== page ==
Bronze statue of a bull at the Bombay Stock Exchange, Mumbai, India
The new recommendations for exchange traded funds and index funds will take effect on July 1 © EPA

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The Securities and Exchange Board of India has introduced new guidelines for exchange traded funds and index funds, following a sharp rise in local investors’ interest in the products.

The recommendations, which also spell out norms for ETF market makers, investor education and awareness efforts, and disclosure guidelines, will take effect on July 1, and will apply to all existing ETFs and index funds.

Indian mutual fund leaders had been expecting regulators to adopt new rules for passive schemes following rising demand for a variety of offerings.

Passive equities and debt funds have been a big draw for high net worth individuals and retail investors over the past two to three years. The proportion of passive assets under management held by these individuals has risen from 5 per cent to 15 per cent during that time, Shiv Gupta, founder and chief executive of Sanctum Wealth, said at the recent Cafemutual passives conference.

This article was previously published by Ignites Asia, a title owned by the FT Group.

Among the new recommendations, a single issuer shall have a weighting of no more than 15 per cent in any index for AAA-rated securities. Single issuers for AA and A-rated securities shall have no more than a 12.5 per cent and 10 per cent weighting, respectively.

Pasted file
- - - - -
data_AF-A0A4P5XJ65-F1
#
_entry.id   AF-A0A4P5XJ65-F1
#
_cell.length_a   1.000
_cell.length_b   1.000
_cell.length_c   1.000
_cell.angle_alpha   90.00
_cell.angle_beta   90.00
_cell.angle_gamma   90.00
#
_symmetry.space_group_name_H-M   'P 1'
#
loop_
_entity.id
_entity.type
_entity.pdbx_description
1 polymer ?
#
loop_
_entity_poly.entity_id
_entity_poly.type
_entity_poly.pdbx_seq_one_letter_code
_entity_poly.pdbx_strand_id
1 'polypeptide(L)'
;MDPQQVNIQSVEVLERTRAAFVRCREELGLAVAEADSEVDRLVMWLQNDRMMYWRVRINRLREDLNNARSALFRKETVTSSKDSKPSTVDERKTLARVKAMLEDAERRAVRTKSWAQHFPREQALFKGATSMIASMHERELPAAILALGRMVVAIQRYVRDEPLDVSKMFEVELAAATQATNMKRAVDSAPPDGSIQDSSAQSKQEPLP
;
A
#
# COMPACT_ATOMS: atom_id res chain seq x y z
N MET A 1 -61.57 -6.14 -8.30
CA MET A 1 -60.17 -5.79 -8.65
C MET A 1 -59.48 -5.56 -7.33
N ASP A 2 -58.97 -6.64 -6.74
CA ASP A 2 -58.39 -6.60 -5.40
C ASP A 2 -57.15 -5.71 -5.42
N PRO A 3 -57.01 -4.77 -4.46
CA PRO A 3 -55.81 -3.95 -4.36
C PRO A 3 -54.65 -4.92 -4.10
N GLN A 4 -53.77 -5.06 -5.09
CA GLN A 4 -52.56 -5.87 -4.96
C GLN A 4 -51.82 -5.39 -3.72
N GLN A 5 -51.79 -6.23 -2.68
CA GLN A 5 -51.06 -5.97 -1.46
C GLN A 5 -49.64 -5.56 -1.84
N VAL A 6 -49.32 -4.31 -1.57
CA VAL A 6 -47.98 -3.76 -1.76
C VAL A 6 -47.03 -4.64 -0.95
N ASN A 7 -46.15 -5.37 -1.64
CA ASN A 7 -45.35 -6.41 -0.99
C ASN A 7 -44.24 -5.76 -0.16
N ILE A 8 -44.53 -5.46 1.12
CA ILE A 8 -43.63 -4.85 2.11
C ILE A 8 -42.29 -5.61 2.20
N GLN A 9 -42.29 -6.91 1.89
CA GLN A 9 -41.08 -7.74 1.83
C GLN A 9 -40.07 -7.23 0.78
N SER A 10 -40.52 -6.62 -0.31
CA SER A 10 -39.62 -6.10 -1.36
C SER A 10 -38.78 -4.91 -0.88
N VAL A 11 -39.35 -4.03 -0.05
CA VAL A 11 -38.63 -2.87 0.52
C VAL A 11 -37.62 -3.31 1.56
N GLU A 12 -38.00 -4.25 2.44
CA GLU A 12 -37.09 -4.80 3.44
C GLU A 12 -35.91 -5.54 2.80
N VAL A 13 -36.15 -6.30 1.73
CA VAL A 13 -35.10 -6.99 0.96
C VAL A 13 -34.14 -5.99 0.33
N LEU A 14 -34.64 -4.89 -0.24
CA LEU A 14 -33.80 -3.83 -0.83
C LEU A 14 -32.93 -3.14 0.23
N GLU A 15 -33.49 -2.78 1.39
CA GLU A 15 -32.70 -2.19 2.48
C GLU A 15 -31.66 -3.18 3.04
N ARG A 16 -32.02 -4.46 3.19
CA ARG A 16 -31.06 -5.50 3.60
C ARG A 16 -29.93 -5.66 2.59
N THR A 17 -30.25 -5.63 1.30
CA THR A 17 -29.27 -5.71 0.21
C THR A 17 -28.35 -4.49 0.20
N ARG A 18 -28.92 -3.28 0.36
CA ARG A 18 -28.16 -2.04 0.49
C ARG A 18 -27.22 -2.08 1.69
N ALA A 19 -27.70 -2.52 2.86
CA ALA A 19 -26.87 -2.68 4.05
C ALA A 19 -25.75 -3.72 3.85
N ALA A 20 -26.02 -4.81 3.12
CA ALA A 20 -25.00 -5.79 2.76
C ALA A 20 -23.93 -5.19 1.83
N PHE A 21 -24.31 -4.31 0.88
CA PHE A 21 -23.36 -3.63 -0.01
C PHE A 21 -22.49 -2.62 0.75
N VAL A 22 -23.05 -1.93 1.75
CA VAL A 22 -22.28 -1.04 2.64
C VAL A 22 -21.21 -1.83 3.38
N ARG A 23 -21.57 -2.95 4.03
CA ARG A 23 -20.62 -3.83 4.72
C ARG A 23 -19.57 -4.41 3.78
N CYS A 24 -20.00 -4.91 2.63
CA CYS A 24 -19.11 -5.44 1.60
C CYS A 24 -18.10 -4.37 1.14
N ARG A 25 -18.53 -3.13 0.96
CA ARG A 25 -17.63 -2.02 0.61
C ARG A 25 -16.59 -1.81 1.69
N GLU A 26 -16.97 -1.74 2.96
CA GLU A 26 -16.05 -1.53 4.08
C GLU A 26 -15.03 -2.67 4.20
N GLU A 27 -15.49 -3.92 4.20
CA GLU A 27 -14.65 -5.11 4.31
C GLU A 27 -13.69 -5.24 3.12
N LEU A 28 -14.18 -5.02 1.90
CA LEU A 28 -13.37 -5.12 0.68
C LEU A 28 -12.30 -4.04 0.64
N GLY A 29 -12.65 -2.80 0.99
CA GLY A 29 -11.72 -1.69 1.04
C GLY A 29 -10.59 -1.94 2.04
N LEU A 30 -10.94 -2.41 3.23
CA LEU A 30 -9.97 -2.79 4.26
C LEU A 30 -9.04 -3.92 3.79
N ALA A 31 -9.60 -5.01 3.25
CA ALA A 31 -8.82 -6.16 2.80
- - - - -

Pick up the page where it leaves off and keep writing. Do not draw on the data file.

Asset management firms “shall ensure that the updated constituents of the indices and methodology for all their debt ETFs/index funds are available on their respective websites at all points of time”, the circular states. “Further, the historical data with respect to constituents of the indices since inception of schemes shall also be disclosed on their website.”

The guidelines require fund shops to assign at least two market makers from the stock exchanges “for ETFs to provide continuous liquidity on the stock exchange platform”.

The SEBI also states that asset managers should allocate a defined proportion of daily net asset value on investor education and awareness campaigns.

The circular also states that ETFs and tracking funds’ tracking error should not rise above 2 per cent.

“In case of unavoidable circumstances in the nature of force majeure, which are beyond the control of the AMCs [asset management companies], the tracking error may exceed 2 per cent and the same shall be brought to the notice of trustees with corrective actions taken by the AMC, if any,” the circular notes.

Additionally, “all ETFs/index funds (including debt ETFs/index funds), shall disclose the tracking error based on past one year rolling data, on a daily basis, on the website of respective [asset manager] and [Association of Mutual Funds in India]”, the circular states.

SEBI laid out regulations for asset management companies that wanted to offer fixed-income ETFs at the end of 2019.

Last June, SEBI raised the investment limit for overseas exposure from a maximum of $200mn per manager to $300mn, keeping the industrywide cap to $1bn.

*Ignites Asia is a news service published by FT Specialist for professionals working in the asset management industry. It covers everything from new product launches to regulations and industry trends. Trials and subscriptions are available at

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